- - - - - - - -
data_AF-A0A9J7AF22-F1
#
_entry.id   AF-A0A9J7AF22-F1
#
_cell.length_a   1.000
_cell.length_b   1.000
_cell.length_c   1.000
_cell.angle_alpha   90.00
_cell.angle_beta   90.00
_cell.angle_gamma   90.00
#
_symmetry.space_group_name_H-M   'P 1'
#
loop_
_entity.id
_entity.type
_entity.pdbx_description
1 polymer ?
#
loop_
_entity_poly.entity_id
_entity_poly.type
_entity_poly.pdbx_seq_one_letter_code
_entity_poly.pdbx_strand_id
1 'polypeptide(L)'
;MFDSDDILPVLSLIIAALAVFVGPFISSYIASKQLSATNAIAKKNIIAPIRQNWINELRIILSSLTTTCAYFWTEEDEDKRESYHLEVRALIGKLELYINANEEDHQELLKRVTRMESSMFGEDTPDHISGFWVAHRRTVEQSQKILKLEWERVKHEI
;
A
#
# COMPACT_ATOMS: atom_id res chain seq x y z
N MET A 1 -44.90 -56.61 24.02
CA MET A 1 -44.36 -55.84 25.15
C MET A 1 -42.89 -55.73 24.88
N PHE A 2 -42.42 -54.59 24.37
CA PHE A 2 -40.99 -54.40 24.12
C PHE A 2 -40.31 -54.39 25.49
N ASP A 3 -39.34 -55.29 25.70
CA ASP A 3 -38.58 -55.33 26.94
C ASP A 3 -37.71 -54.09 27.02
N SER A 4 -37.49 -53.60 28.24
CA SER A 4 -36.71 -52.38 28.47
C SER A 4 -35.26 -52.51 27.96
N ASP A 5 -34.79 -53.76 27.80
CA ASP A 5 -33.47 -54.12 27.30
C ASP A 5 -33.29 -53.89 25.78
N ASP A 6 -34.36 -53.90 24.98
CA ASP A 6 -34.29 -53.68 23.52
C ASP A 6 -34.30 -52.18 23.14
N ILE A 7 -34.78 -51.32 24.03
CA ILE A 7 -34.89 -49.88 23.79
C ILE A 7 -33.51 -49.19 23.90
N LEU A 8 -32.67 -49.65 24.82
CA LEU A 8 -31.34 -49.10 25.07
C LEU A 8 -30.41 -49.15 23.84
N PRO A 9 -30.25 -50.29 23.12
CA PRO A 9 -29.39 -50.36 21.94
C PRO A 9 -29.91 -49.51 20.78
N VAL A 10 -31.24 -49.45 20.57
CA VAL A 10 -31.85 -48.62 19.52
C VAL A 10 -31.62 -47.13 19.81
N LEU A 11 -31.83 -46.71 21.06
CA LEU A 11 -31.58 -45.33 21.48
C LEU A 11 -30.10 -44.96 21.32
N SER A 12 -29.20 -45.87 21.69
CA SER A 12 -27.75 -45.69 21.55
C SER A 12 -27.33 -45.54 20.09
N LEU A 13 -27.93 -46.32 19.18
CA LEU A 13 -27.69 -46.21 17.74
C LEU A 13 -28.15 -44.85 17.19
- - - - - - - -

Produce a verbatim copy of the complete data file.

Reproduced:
data_AF-A0A9J7AF22-F1
#
_entry.id   AF-A0A9J7AF22-F1
#
_cell.length_a   1.000
_cell.length_b   1.000
_cell.length_c   1.000
_cell.angle_alpha   90.00
_cell.angle_beta   90.00
_cell.angle_gamma   90.00
#
_symmetry.space_group_name_H-M   'P 1'
#
loop_
_entity.id
_entity.type
_entity.pdbx_description
1 polymer ?
#
loop_
_entity_poly.entity_id
_entity_poly.type
_entity_poly.pdbx_seq_one_letter_code
_entity_poly.pdbx_strand_id
1 'polypeptide(L)'
;MFDSDDILPVLSLIIAALAVFVGPFISSYIASKQLSATNAIAKKNIIAPIRQNWINELRIILSSLTTTCAYFWTEEDEDKRESYHLEVRALIGKLELYINANEEDHQELLKRVTRMESSMFGEDTPDHISGFWVAHRRTVEQSQKILKLEWERVKHEI
;
A
#
# COMPACT_ATOMS: atom_id res chain seq x y z
N MET A 1 -44.90 -56.61 24.02
CA MET A 1 -44.36 -55.84 25.15
C MET A 1 -42.89 -55.73 24.88
N PHE A 2 -42.42 -54.59 24.37
CA PHE A 2 -40.99 -54.40 24.12
C PHE A 2 -40.31 -54.39 25.49
N ASP A 3 -39.34 -55.29 25.70
CA ASP A 3 -38.58 -55.33 26.94
C ASP A 3 -37.71 -54.09 27.02
N SER A 4 -37.49 -53.60 28.24
CA SER A 4 -36.71 -52.38 28.47
C SER A 4 -35.26 -52.51 27.96
N ASP A 5 -34.79 -53.76 27.80
CA ASP A 5 -33.47 -54.12 27.30
C ASP A 5 -33.29 -53.89 25.78
N ASP A 6 -34.36 -53.90 24.98
CA ASP A 6 -34.29 -53.68 23.52
C ASP A 6 -34.30 -52.18 23.14
N ILE A 7 -34.78 -51.32 24.03
CA ILE A 7 -34.89 -49.88 23.79
C ILE A 7 -33.51 -49.19 23.90
N LEU A 8 -32.67 -49.65 24.82
CA LEU A 8 -31.34 -49.10 25.07
C LEU A 8 -30.41 -49.15 23.84
N PRO A 9 -30.25 -50.29 23.12
CA PRO A 9 -29.39 -50.36 21.94
C PRO A 9 -29.91 -49.51 20.78
N VAL A 10 -31.24 -49.45 20.57
CA VAL A 10 -31.85 -48.62 19.52
C VAL A 10 -31.62 -47.13 19.81
N LEU A 11 -31.83 -46.71 21.06
CA LEU A 11 -31.58 -45.33 21.48
C LEU A 11 -30.10 -44.96 21.32
N SER A 12 -29.20 -45.87 21.69
CA SER A 12 -27.75 -45.69 21.55
C SER A 12 -27.33 -45.54 20.09
N LEU A 13 -27.93 -46.32 19.18
CA LEU A 13 -27.69 -46.21 17.74
C LEU A 13 -28.15 -44.85 17.19